Over the last couple weeks I’ve had the pleasure to announce two PrimalCon speakers: Maya White and Brad Kearns. As you may recall, Maya will be teaching PrimalCon participants how to sit, stand and walk like Grok, and Brad will be explaining how to apply the Primal Blueprint principles to endurance training. Today I’m pleased to announce the 3rd of 4 PrimalCon speakers. Nicoletta Florio, green-living expert extraordinaire, will show attendees how living a sustainable, green life is not only what’s best for the earth, but also what is best for your health. If you’ve ever wondered whether the PB could be considered a “green” diet, whether the world over could feasibly adopt the PB eating patterns, or what sort of impact our dietary choices have on our health and the planet this session is for you. Read on to to learn more from Nikki in her own words…
You can now get a copy of The Primal Blueprint Poster. It is officially on sale for $14.95. The shipping and handling costs are on me unless you are outside of the U.S.
I think it’s a pretty cool poster if I may say so myself. Many thanks to Kristin, my ace designer, Farhad, and the other Worker Bees who helped complete it.
It’s 24×30 inches, fairly large as posters go. As you can see from the image (click to zoom in) the poster illustrates the core Primal Blueprint fitness, diet and lifestyle behaviors, with sections devoted to the 10 Laws, the Primal Blueprint Fitness Pyramid, Food Pyramid and Carbohydrate Curve.
Hang it in your garage, your rec room, your gym or anywhere else for inspiration and to help you “get Primal”! Click here to get your copy today.
Stay tuned for today’s regularly scheduled blog post!
How important is seasonality in our understanding of human health? In last week’s nuts post, I referred to the seasonality and intermittence of nut availability in the wild, implying that because they weren’t available to our ancestors on a year-round basis, excessive daily nut consumption may not be in our best interest. Regular, consistent, high-volume nut ingestion may not make sense in the light of human evolution, but does that necessarily make eating nuts – or, really, any food – in anthropologically unrealistic amounts detrimental to our health?
What about seasonal behavioral patterns, or seasonality of access to sunlight? Does it make sense to view our every move, our every tradition, in the light of the seasons? What do we mean by “seasons,” anyway – aren’t the seasons different depending on several factors, like proximity to the equator? Or is there an ideal seasonal cycle all humans should strive to follow, regardless of location or background?
Sleep Awareness Week (as sponsored by the National Sleep Foundation) technically ended March 13th, but somehow I’m guessing there are just as many sleep deprived folks milling about this week as there were a few days ago – just like our good reader Monday. Maybe a few of us feel better adjusted to the time change these days, but probably just as many stayed up late to watch the NCAA games this weekend. Or maybe it was a late St. Paddy’s Day party. Somehow it’s always somethin’, isn’t it?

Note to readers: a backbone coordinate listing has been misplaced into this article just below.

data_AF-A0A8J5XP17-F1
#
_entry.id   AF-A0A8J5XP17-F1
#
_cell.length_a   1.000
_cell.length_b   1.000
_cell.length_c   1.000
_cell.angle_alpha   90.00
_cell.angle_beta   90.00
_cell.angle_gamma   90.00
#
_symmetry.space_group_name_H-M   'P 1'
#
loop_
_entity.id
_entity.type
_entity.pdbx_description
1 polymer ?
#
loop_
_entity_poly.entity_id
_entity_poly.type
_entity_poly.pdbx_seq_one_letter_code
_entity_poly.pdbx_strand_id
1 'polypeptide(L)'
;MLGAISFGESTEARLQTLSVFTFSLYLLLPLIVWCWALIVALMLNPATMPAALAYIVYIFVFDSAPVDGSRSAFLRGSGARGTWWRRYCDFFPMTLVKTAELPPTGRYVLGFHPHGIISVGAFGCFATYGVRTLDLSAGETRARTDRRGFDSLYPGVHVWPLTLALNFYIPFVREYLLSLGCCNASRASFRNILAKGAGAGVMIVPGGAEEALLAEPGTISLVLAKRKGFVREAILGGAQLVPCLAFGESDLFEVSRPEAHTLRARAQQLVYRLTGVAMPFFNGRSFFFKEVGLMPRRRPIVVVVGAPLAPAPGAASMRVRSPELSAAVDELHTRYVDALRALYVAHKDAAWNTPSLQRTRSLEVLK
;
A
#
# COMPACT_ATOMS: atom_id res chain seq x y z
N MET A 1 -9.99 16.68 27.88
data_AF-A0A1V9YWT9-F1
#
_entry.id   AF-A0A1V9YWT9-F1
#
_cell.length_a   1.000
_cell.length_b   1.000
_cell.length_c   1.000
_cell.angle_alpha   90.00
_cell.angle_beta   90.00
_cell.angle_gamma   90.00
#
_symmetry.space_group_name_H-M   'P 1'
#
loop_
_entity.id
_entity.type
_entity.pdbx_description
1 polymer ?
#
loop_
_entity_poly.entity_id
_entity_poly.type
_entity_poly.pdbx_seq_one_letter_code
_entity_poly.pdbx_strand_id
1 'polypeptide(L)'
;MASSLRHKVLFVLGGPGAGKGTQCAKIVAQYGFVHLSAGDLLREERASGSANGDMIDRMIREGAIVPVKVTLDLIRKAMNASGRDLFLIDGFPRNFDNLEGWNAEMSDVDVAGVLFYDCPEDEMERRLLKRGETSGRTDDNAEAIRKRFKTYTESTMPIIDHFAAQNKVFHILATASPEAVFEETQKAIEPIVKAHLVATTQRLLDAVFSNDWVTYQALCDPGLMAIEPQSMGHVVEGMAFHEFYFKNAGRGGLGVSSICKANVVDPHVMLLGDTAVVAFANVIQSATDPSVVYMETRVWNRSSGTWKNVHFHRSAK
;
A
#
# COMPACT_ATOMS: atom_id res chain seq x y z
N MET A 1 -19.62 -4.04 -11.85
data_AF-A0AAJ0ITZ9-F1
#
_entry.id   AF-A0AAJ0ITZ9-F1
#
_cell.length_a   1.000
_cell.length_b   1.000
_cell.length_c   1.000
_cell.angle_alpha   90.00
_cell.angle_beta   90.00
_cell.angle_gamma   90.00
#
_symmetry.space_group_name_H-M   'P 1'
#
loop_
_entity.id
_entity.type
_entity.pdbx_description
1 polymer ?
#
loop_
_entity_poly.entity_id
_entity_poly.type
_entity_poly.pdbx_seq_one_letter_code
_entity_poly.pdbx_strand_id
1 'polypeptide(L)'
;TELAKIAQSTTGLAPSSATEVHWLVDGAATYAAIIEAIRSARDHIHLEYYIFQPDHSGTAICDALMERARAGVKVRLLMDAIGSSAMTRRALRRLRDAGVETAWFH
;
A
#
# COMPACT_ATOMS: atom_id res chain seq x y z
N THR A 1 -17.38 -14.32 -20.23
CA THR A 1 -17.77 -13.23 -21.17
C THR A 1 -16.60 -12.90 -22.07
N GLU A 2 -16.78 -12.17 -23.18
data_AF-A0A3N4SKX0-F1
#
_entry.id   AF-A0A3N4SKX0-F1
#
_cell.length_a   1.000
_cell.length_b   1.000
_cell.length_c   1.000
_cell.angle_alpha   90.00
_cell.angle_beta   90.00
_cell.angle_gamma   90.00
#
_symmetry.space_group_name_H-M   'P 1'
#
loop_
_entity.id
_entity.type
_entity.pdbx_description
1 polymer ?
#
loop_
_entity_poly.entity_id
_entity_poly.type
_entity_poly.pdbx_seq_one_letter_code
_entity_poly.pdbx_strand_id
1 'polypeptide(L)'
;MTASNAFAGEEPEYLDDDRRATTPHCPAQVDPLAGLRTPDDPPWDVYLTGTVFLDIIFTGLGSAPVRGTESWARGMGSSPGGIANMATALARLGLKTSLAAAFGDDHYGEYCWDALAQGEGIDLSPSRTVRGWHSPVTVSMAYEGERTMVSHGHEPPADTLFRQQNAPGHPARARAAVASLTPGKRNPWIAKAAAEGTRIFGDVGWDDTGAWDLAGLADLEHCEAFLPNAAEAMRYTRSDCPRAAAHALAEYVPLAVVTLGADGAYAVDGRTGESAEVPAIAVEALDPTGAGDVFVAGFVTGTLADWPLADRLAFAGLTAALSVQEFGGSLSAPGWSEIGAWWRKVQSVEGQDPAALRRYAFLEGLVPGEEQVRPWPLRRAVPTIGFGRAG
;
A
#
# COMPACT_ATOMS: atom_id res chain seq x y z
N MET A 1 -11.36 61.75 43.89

Even if we’re good and diligent and never sacrifice sleep for entertainment purposes, life too often pokes holes in our most worthy intentions. Babies wake up in the middle of the night. Flights leave early. Deadlines, projects and bills keep us up later than we’d planned. Maybe we even burn the midnight oil to get a jump on the next morning’s tasks! Nighttime too often becomes a default slush fund for the day’s chores. Still others of us might deliberately stay up to bask (however groggily) in what seems like the only time we have to ourselves. The house is quiet, the kids/partner are asleep. The world is hushed, and the deep solitude is too much to resist.
Besides stuff like tribal warfare, cannibalism, and high infant mortality, it seems like most any divergence from our ancestral norms is ultimately detrimental, or at least problematic. Nutrition is an obvious one, along with sunlight, sleep, and exercise. The mainstream media is even beginning to question the superiority of modern footwear. And then there’s the seemingly simple act of sitting down in a chair. It seems harmless, but as I discussed last year and a recent NY Times piece mentioned last month, sitting for extended periods of time is strongly linked with increased mortality and metabolic syndrome, regardless of how much exercise a sitter gets.
The chair is a bit like wheat, actually: a relative novelty to which we aren’t physiologically adapted that has become a cultural staple nonetheless. For at least eight hours each day, we twist our bodies into weird Tetris blocks with poor posture and sit, for the most part unmoving, on chairs. When you stop and think about it, sitting down in a chair for extended periods of time seems a little silly. I mean, it’s not even all that comfortable (isn’t that why we distort our bodies with terrible posture – to make sitting more comfortable?). We aren’t “designed” to sit in chairs. We’re certainly meant to stand, but we sit in chairs because we designed them to fit our anatomy, and I somehow doubt that whoever came up with the chair was thinking about long-term effects on our physiology.
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